Does the bonobo have a (chimpanzee-like) theory of mind?

Book Section

Theory of mind-the ability to reason about the thoughts and emotions of others-is central to what makes us human. Chimpanzees too appear to understand some psychological states. While less is known about bonobos, several lines of evidence suggest that the social-cognitive abilities of the two sister taxa may differ in key respects. This chapter outlines a framework to guide future research on bonobo social cognition based on the predictions of two potentially complementary hypotheses. The self-domestication hypothesis suggests that selection against aggression and for prosociality in bonobos may have impacted the ontogeny of their social-cognitive skills relative to chimpanzees. The empathizing-systemizing hypothesis links degree of prenatal brain masculinization, a potential result of self-domestication, to adult cognition. Specifically, relative feminization may yield more flexible theory of mind skills in bonobos than chimpanzees. Finally, directions for future study, including development of new paradigms that maximize ecological validity for bonobos, are discussed.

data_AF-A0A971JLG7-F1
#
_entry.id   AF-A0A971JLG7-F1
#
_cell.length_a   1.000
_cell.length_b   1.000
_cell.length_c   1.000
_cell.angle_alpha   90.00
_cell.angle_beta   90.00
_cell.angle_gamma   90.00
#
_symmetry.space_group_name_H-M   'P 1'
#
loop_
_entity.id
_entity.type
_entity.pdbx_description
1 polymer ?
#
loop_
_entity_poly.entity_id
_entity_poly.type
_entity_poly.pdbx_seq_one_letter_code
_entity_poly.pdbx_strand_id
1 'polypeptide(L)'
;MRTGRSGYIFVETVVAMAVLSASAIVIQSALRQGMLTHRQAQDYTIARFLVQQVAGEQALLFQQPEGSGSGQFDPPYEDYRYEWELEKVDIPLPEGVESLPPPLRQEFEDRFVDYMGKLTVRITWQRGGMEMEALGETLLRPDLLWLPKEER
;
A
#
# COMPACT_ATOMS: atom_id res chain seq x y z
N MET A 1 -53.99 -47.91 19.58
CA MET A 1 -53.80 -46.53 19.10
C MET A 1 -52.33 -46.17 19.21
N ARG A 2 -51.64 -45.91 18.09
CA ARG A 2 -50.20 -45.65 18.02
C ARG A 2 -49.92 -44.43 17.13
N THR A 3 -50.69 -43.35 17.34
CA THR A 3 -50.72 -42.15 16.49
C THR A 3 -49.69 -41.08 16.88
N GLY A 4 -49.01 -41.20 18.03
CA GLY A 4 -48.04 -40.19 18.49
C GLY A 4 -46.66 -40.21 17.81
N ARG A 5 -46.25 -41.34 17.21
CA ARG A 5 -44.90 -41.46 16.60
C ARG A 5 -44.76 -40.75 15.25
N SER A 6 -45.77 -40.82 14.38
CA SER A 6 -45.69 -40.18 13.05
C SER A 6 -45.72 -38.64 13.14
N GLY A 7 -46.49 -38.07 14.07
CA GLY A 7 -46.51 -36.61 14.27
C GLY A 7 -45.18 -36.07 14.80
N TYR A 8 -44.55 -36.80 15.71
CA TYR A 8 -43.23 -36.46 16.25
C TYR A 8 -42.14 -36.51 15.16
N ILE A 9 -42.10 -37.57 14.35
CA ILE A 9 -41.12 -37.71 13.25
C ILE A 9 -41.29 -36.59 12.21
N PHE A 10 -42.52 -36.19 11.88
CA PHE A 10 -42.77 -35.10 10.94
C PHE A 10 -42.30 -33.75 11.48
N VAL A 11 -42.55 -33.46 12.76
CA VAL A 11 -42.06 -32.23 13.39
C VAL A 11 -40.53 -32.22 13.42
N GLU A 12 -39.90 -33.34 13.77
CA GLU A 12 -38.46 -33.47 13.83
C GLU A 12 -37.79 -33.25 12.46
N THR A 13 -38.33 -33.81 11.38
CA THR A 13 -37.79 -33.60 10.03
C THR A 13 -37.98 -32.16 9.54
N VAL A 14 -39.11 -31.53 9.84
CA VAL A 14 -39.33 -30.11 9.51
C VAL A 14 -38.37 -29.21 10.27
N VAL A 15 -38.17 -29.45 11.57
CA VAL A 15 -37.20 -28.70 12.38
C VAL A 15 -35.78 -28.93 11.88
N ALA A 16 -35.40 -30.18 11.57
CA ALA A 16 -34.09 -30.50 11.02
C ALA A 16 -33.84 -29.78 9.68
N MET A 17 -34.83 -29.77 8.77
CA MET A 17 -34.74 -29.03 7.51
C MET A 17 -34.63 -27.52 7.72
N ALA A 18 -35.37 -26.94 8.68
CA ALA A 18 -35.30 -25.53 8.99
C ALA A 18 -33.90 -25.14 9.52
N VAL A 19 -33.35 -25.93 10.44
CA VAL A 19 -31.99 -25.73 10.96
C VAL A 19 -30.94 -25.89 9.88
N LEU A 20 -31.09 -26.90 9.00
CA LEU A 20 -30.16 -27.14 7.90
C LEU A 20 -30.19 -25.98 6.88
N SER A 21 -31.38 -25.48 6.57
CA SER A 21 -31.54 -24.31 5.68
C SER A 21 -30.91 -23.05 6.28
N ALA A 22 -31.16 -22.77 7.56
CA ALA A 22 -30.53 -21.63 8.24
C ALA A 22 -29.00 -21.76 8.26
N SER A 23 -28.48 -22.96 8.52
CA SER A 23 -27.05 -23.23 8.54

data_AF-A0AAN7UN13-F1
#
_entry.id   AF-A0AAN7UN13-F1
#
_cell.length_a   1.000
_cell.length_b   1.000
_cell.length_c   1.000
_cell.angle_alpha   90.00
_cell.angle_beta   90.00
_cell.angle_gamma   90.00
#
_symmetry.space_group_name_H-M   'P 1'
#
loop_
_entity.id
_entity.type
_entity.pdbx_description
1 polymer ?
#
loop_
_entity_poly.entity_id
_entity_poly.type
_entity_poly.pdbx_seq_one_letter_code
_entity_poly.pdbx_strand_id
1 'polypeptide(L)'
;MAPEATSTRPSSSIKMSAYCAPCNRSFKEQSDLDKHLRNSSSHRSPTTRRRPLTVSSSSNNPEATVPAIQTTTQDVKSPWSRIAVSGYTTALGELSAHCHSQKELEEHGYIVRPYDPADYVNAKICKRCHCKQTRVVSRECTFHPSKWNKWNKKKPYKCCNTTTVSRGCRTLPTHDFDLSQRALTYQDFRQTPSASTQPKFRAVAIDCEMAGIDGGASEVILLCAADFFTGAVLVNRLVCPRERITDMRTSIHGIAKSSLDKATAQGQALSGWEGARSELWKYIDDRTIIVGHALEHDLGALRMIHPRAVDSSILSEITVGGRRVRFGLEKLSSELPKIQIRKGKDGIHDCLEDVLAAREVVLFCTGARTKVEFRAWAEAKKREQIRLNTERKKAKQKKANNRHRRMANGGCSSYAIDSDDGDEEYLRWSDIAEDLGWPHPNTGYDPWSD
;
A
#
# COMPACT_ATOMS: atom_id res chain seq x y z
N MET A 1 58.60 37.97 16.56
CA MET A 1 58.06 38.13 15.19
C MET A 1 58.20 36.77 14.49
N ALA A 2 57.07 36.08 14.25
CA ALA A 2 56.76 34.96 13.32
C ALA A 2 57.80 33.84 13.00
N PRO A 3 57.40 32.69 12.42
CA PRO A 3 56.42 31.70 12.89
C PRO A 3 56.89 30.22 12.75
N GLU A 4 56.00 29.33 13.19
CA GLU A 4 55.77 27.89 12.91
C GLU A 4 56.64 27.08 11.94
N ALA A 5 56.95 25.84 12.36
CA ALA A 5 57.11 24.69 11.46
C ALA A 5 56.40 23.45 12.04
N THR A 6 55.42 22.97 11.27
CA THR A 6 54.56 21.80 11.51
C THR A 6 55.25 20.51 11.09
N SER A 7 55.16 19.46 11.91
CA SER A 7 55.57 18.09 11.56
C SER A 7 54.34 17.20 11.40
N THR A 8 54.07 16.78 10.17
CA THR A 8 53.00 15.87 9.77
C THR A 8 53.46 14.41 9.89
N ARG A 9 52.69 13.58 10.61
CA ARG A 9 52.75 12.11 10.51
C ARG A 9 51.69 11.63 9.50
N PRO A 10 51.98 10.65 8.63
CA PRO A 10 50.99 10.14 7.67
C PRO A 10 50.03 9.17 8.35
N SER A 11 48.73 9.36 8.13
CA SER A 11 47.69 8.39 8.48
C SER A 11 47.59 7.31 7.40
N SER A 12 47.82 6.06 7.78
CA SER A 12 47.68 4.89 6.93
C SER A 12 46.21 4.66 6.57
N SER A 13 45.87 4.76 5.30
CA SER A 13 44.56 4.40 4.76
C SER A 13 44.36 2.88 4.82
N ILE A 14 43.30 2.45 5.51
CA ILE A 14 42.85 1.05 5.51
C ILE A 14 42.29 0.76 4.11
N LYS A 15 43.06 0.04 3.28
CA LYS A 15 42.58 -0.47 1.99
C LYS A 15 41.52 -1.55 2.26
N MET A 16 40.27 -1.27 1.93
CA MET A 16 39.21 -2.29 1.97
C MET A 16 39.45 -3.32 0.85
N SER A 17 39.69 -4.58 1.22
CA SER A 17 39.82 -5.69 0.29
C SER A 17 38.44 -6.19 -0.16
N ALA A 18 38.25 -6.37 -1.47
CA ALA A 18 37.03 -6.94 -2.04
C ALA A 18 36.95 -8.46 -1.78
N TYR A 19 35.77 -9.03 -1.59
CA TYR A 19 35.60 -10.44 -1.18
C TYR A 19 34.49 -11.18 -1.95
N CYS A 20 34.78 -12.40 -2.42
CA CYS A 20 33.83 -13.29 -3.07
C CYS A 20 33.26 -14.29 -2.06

Full Text

Duke Authors

Cited Authors

  • Krupenye, C; MacLean, EL; Hare, B

Published Date

  • January 1, 2018

Book Title

  • Bonobos: Unique in Mind, Brain, and Behavior

Start / End Page

  • 81 - 94

International Standard Book Number 13 (ISBN-13)

  • 9780198728511

Digital Object Identifier (DOI)

  • 10.1093/oso/9780198728511.003.0006

Citation Source

  • Scopus